One, however, a personal friend, I must write a few words of, namely, Professor John Ayvazovski, of the council of the St. Petersburg Academy of Fine Arts, a marine painter of the first rank. He is now 79, but looks scarcely 60, with beautiful large, bright eyes. He came to the World’s Fair, where fifteen of his pictures were exhibited in the Russian section; and he presented two other fine ones to the American people in recognition of their help to the Russian famine sufferers,—one showing the arrival in port of a steamer with its cargo of grain, the other the advent of a drosky at a village of starving people, with a man in front waving an American flag. He visited and painted an excellent picture of Niagara. He had seven pictures at the Philadelphia Exposition of 1876. His paintings are mostly in royal palaces: there are 120 in that of the Russian imperial family, and 34 in the Sultan’s. His own gallery, at Theodosia, Russia, has 84. He has received many prizes from expositions. He is also a great scholar and a good Christian. His brother, who lately died, was one of the greatest bishops of the Armenian church.

There is a very interesting story about Professor Ayvazovski’s boyhood which I will give here:

His parents were Armenian peasants, living in a village not far from Moscow. One day Nicholas I was passing by the hamlet on horseback, and dropped his whip. The Emperor beckoned to young Ayvazovski, and told him to pick it up. The boy approached boldly and asked, “Who are you?” Nicholas replied, “I am the Emperor.” The boy rejoined, “If you cannot take care of your whip, how can you take care of your subjects?” The Emperor was pleased at this remark, and ordered him to be educated at his own expense, and in any profession he chose. He took to the brush, and is the pride of his nation.


The Armenians of Persia are great merchants, and high civil officers of the Shah. I name only a few:

Chahanguir Khan is minister of arts and superintendent of the arsenal.

Nirza Melkoum Khan was the former ambassador of the Shah at London; a man of great wealth and learning, and an able diplomat. He retired on account of age, and lives in London.

Nazar Agha was ambassador of the Shah at Paris.

General Sharl Bezirganian is the general superintendent of the telegraph service in Persia.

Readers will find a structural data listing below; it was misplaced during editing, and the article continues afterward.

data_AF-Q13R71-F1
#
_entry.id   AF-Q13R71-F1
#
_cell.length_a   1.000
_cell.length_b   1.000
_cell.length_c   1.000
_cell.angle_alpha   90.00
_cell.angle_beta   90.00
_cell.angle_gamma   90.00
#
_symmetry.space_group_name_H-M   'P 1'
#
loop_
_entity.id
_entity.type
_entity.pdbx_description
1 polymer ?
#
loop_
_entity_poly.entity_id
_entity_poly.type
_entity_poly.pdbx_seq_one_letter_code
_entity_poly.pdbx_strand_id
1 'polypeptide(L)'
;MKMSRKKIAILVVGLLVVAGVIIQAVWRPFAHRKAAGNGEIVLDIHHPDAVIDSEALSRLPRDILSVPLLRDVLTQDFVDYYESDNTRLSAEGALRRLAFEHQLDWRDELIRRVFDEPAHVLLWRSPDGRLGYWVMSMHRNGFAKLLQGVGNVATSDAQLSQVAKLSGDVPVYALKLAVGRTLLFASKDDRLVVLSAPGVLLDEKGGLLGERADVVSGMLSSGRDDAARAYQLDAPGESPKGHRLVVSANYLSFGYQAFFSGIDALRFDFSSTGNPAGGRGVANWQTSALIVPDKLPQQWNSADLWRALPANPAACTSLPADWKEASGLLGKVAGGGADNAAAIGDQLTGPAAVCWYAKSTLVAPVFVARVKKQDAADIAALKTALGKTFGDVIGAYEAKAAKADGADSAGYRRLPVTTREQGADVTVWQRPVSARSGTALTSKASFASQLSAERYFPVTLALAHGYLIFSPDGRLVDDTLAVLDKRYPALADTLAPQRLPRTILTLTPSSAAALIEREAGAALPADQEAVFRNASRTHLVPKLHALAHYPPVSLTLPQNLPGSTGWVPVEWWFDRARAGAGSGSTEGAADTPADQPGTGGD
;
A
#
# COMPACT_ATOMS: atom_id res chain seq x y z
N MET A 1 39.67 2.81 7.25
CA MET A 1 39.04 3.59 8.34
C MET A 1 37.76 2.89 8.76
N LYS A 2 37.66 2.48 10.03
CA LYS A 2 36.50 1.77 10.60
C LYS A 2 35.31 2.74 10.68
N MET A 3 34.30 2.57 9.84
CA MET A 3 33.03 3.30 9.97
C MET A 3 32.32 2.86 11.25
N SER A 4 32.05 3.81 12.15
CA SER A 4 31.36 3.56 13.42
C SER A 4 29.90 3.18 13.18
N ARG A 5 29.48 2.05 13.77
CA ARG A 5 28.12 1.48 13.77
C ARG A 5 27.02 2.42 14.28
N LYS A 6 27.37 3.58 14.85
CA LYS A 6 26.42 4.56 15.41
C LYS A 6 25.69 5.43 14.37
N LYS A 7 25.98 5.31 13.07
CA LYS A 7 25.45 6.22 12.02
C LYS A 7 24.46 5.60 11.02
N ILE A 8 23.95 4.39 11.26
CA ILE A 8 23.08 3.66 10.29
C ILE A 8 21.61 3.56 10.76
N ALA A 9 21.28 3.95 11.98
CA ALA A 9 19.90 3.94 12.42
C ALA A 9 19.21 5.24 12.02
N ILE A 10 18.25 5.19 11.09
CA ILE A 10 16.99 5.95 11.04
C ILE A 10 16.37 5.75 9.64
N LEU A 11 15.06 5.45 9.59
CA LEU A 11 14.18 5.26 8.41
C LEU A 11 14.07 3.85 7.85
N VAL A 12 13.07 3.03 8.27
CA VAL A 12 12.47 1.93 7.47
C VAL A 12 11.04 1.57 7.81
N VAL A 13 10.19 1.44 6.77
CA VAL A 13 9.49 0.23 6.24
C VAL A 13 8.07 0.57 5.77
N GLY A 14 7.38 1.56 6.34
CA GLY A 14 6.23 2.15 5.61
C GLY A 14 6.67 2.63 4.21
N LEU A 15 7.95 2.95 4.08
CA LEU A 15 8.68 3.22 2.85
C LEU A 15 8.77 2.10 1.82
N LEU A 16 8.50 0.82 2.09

In India and Burmah there are great Armenian merchants, who are millionaires, and respected by the governments and the peoples.

In Egypt, though few in number, they are the ruling element. Nubar Pasha was the prime minister of the Egyptian government until a few weeks ago; one of the richest men in Egypt, and the greatest statesman in Africa. He speaks several languages, and spends his summers in France, owning property in Paris. Dikran Pasha is another rich and very gifted Armenian, and Boghos Pasha another man of power.


There are very rich merchants among the Armenians at Vienna, Paris, Marseilles, London, and Manchester. There is a strong Armenian colony at Manchester. All of them are merchants, and some of them millionaires. Almost the whole clothing trade between England and Turkey is in their hands. They have a beautiful Armenian church there, and always a learned Armenian bishop; I speak from knowledge and observation. They are much respected by the English. Some of the Armenian gentlemen are married to English ladies of good family, and their domestic life is very happy. Prince Loosinian, an Armenian, a very great scholar, and much respected by the French, lives in Paris; he is descended from the last Armenian dynasty. His brother Khoren Nar-Bey Loosinian was one of the foremost Armenian bishops; the Sultan of course hated him, and it is said had him poisoned while imprisoned in Constantinople.

The Armenian scholars in Europe are well-known, and on a level with the best of any country. There is not an institution of learning in Europe where they are not to be found, either as students or professors; and the prizes and medals they win are many.

There are two great centers in Europe for the Armenian scholars and authors: one at Vienna and the other at Venice. They have colleges and printing presses in these places; and they write, translate, and publish themselves in nearly all languages all sorts of valuable books. So the Armenian people are well supplied with the best modern books. But it must be remembered that these valuable books are forbidden by the Sultan to go into Turkish Armenia; he wants the people kept ignorant. Some of their great scholars came home from Europe to preach and teach in Armenia, to elevate their nation; but some were killed and some banished during the recent atrocities.